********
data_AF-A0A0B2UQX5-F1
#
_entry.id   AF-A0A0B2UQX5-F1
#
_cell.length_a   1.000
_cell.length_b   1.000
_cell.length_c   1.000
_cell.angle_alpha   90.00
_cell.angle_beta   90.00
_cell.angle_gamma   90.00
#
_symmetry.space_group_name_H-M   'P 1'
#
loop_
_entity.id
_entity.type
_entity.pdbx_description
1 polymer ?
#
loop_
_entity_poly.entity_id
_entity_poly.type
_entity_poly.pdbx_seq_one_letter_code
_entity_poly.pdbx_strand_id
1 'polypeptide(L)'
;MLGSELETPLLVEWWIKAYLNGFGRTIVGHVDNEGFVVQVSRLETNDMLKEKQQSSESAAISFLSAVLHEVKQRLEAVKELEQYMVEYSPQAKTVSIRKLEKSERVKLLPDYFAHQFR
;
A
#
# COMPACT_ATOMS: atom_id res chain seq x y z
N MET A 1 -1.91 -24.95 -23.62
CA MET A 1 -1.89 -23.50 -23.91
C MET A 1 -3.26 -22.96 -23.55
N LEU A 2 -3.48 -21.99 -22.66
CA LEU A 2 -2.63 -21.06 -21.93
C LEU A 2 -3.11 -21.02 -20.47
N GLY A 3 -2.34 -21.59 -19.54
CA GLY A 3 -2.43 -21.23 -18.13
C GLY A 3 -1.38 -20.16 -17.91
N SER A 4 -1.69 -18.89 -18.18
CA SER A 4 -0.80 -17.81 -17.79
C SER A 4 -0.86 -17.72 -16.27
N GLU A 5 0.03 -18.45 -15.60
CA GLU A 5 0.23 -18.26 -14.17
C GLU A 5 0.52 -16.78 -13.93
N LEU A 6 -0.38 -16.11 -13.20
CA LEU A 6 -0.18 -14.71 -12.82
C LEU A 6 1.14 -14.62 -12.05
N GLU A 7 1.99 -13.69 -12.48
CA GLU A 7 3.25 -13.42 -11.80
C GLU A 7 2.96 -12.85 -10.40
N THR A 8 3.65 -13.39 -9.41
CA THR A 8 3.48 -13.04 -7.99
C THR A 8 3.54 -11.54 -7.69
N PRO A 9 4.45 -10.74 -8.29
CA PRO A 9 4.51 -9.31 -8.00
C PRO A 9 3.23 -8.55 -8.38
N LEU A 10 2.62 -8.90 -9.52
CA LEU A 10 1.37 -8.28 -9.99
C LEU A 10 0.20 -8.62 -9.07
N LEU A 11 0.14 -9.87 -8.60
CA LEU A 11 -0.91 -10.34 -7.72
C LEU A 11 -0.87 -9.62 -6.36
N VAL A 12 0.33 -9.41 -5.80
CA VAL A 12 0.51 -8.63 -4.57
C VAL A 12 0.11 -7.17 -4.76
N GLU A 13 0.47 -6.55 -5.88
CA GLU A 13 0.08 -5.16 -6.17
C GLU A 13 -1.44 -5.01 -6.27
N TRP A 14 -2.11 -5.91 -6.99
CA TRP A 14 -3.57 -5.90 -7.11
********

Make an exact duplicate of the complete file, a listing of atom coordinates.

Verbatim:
data_AF-A0A0B2UQX5-F1
#
_entry.id   AF-A0A0B2UQX5-F1
#
_cell.length_a   1.000
_cell.length_b   1.000
_cell.length_c   1.000
_cell.angle_alpha   90.00
_cell.angle_beta   90.00
_cell.angle_gamma   90.00
#
_symmetry.space_group_name_H-M   'P 1'
#
loop_
_entity.id
_entity.type
_entity.pdbx_description
1 polymer ?
#
loop_
_entity_poly.entity_id
_entity_poly.type
_entity_poly.pdbx_seq_one_letter_code
_entity_poly.pdbx_strand_id
1 'polypeptide(L)'
;MLGSELETPLLVEWWIKAYLNGFGRTIVGHVDNEGFVVQVSRLETNDMLKEKQQSSESAAISFLSAVLHEVKQRLEAVKELEQYMVEYSPQAKTVSIRKLEKSERVKLLPDYFAHQFR
;
A
#
# COMPACT_ATOMS: atom_id res chain seq x y z
N MET A 1 -1.91 -24.95 -23.62
CA MET A 1 -1.89 -23.50 -23.91
C MET A 1 -3.26 -22.96 -23.55
N LEU A 2 -3.48 -21.99 -22.66
CA LEU A 2 -2.63 -21.06 -21.93
C LEU A 2 -3.11 -21.02 -20.47
N GLY A 3 -2.34 -21.59 -19.54
CA GLY A 3 -2.43 -21.23 -18.13
C GLY A 3 -1.38 -20.16 -17.91
N SER A 4 -1.69 -18.89 -18.18
CA SER A 4 -0.80 -17.81 -17.79
C SER A 4 -0.86 -17.72 -16.27
N GLU A 5 0.03 -18.45 -15.60
CA GLU A 5 0.23 -18.26 -14.17
C GLU A 5 0.52 -16.78 -13.93
N LEU A 6 -0.38 -16.11 -13.20
CA LEU A 6 -0.18 -14.71 -12.82
C LEU A 6 1.14 -14.62 -12.05
N GLU A 7 1.99 -13.69 -12.48
CA GLU A 7 3.25 -13.42 -11.80
C GLU A 7 2.96 -12.85 -10.40
N THR A 8 3.65 -13.39 -9.41
CA THR A 8 3.48 -13.04 -7.99
C THR A 8 3.54 -11.54 -7.69
N PRO A 9 4.45 -10.74 -8.29
CA PRO A 9 4.51 -9.31 -8.00
C PRO A 9 3.23 -8.55 -8.38
N LEU A 10 2.62 -8.90 -9.52
CA LEU A 10 1.37 -8.28 -9.99
C LEU A 10 0.20 -8.62 -9.07
N LEU A 11 0.14 -9.87 -8.60
CA LEU A 11 -0.91 -10.34 -7.72
C LEU A 11 -0.87 -9.62 -6.36
N VAL A 12 0.33 -9.41 -5.80
CA VAL A 12 0.51 -8.63 -4.57
C VAL A 12 0.11 -7.17 -4.76
N GLU A 13 0.47 -6.55 -5.88
CA GLU A 13 0.08 -5.16 -6.17
C GLU A 13 -1.44 -5.01 -6.27
N TRP A 14 -2.11 -5.91 -6.99
CA TRP A 14 -3.57 -5.90 -7.11